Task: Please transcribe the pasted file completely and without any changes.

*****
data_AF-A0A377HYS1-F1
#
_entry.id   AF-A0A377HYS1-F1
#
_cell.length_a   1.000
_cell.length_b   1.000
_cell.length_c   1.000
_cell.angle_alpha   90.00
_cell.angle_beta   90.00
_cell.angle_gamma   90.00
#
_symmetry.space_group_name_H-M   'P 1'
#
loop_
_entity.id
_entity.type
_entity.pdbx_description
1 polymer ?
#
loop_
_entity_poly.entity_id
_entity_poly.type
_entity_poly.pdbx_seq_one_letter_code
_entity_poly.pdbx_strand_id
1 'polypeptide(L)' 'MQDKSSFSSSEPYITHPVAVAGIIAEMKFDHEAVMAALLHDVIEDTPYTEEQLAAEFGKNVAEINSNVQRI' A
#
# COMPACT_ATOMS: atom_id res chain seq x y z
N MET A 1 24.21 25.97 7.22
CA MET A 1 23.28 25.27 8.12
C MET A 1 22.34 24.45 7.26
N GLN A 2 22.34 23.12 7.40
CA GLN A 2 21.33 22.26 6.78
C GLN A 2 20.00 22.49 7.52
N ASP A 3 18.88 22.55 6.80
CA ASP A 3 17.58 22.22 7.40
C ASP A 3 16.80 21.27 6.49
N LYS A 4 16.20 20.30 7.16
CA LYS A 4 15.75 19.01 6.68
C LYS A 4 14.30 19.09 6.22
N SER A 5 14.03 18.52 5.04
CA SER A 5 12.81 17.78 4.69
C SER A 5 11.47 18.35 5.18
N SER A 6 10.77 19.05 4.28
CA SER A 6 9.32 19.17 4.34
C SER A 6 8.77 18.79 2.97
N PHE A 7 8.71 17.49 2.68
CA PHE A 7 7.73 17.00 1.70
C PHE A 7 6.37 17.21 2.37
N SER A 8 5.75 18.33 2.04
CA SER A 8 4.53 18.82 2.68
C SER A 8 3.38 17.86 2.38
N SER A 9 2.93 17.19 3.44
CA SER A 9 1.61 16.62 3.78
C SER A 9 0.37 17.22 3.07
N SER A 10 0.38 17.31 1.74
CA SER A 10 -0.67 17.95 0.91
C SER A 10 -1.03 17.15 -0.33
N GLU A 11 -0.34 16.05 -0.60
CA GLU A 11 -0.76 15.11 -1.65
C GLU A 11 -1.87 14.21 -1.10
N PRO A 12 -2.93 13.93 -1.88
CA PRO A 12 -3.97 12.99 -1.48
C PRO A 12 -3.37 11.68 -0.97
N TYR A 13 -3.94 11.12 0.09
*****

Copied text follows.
data_AF-A0A377HYS1-F1
#
_entry.id   AF-A0A377HYS1-F1
#
_cell.length_a   1.000
_cell.length_b   1.000
_cell.length_c   1.000
_cell.angle_alpha   90.00
_cell.angle_beta   90.00
_cell.angle_gamma   90.00
#
_symmetry.space_group_name_H-M   'P 1'
#
loop_
_entity.id
_entity.type
_entity.pdbx_description
1 polymer ?
#
loop_
_entity_poly.entity_id
_entity_poly.type
_entity_poly.pdbx_seq_one_letter_code
_entity_poly.pdbx_strand_id
1 'polypeptide(L)' 'MQDKSSFSSSEPYITHPVAVAGIIAEMKFDHEAVMAALLHDVIEDTPYTEEQLAAEFGKNVAEINSNVQRI' A
#
# COMPACT_ATOMS: atom_id res chain seq x y z
N MET A 1 24.21 25.97 7.22
CA MET A 1 23.28 25.27 8.12
C MET A 1 22.34 24.45 7.26
N GLN A 2 22.34 23.12 7.40
CA GLN A 2 21.33 22.26 6.78
C GLN A 2 20.00 22.49 7.52
N ASP A 3 18.88 22.55 6.80
CA ASP A 3 17.58 22.22 7.40
C ASP A 3 16.80 21.27 6.49
N LYS A 4 16.20 20.30 7.16
CA LYS A 4 15.75 19.01 6.68
C LYS A 4 14.30 19.09 6.22
N SER A 5 14.03 18.52 5.04
CA SER A 5 12.81 17.78 4.69
C SER A 5 11.47 18.35 5.18
N SER A 6 10.77 19.05 4.28
CA SER A 6 9.32 19.17 4.34
C SER A 6 8.77 18.79 2.97
N PHE A 7 8.71 17.49 2.68
CA PHE A 7 7.73 17.00 1.70
C PHE A 7 6.37 17.21 2.37
N SER A 8 5.75 18.33 2.04
CA SER A 8 4.53 18.82 2.68
C SER A 8 3.38 17.86 2.38
N SER A 9 2.93 17.19 3.44
CA SER A 9 1.61 16.62 3.78
C SER A 9 0.37 17.22 3.07
N SER A 10 0.38 17.31 1.74
CA SER A 10 -0.67 17.95 0.91
C SER A 10 -1.03 17.15 -0.33
N GLU A 11 -0.34 16.05 -0.60
CA GLU A 11 -0.76 15.11 -1.65
C GLU A 11 -1.87 14.21 -1.10
N PRO A 12 -2.93 13.93 -1.88
CA PRO A 12 -3.97 12.99 -1.48
C PRO A 12 -3.37 11.68 -0.97
N TYR A 13 -3.94 11.12 0.09